MIAMI -- The Miami Heat will raise season-ticket prices for the 2011-12 season, and will have some allowances built into pricing plans if there's a work stoppage this summer.
"We're going to hope for the best," Heat president of business operations Eric Woolworth said Saturday night at halftime of the Miami-Toronto game. "It's in everybody's best interest to be prepared if things don't go well."
The team said the price increase will be "minor," without specifying further. In some cases, ticket prices will rise by less than $10. Woolworth said a number of factors would go into the increase, including seat location and length of time a ticket-holder has held a season plan.
It puts the Heat into a delicate spot that every NBA team will deal with: Selling a product that might not be there, if a lockout wipes out part or all of the 2011-12 season.
One of the options available to current season-ticket holders would allow the team to keep money for 2011-12 plans in accounts if next season is affected by the expiration of the current collective bargaining agreement. Under the terms of that plan, season-ticket holders would receive a 5 percent "loyalty payment" refund monthly if any preseason or regular-season games are missed.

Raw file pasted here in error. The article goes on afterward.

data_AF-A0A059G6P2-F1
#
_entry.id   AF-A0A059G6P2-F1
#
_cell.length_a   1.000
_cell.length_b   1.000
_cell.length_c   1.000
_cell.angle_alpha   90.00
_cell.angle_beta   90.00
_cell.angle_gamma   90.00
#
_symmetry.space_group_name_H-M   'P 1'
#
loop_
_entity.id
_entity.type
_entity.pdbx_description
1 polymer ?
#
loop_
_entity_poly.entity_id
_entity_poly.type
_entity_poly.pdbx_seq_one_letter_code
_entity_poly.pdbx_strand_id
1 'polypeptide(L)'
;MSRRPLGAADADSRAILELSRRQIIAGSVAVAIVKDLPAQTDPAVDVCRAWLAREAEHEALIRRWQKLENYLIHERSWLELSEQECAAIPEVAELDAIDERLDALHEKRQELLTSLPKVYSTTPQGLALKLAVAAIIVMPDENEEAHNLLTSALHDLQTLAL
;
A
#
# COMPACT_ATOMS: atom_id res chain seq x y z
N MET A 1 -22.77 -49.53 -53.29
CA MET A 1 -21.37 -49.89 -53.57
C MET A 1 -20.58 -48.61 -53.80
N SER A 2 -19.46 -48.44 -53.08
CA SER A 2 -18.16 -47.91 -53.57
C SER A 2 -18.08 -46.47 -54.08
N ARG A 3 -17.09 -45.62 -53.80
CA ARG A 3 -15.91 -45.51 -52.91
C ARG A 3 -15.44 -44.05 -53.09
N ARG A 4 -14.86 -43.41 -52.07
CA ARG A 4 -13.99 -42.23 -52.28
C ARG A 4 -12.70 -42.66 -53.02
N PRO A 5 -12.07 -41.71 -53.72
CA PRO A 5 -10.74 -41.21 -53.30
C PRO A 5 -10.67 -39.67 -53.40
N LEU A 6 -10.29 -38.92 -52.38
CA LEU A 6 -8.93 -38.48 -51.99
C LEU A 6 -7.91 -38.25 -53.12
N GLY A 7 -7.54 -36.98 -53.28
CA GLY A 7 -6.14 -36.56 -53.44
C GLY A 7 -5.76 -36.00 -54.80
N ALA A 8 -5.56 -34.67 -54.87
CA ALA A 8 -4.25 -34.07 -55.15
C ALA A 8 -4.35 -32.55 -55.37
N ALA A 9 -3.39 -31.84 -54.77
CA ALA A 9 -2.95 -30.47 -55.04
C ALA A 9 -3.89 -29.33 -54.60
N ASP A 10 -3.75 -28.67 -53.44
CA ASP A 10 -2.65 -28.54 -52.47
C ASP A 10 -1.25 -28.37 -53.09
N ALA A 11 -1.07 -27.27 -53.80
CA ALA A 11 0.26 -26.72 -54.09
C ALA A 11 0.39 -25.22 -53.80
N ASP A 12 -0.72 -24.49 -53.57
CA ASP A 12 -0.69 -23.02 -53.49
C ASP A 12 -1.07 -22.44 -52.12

"Heat season ticket holders indicated that discounts on playoff tickets and interest payments on any future unplayed games were the two most important renewal drivers this year," Woolworth said. "And so we crafted our renewal campaign accordingly."
The deal between the league's players and owners expires July 1.
"If any preseason or regular-season games are missed during the 2011-12 season or the entire season is canceled, season ticket holders selecting this renewal option will receive a refund plus a small interest payment ... on a monthly basis in arrears for all games missed," the team said in a statement.
Those who renew ticket plans with the Heat may be eligible for discounts throughout this season's playoffs. Ticketholders can choose whether they want to participate in the loyalty plan, although those who opt out will pay higher prices for playoff seats this season.
Last season, the Heat offered season-ticket holders the chance to lock in prices for 2010-11 at lower rates, noting that last summer's free-agent bonanza -- which netted Miami stars such as LeBron James and Chris Bosh, plus saw the team keep Dwyane Wade -- would lead to increases.
"We spent all fall talking and surveying our season-ticket holders," Woolworth said. "I feel very confident saying the price increases they're getting are lower than what they thought was possible."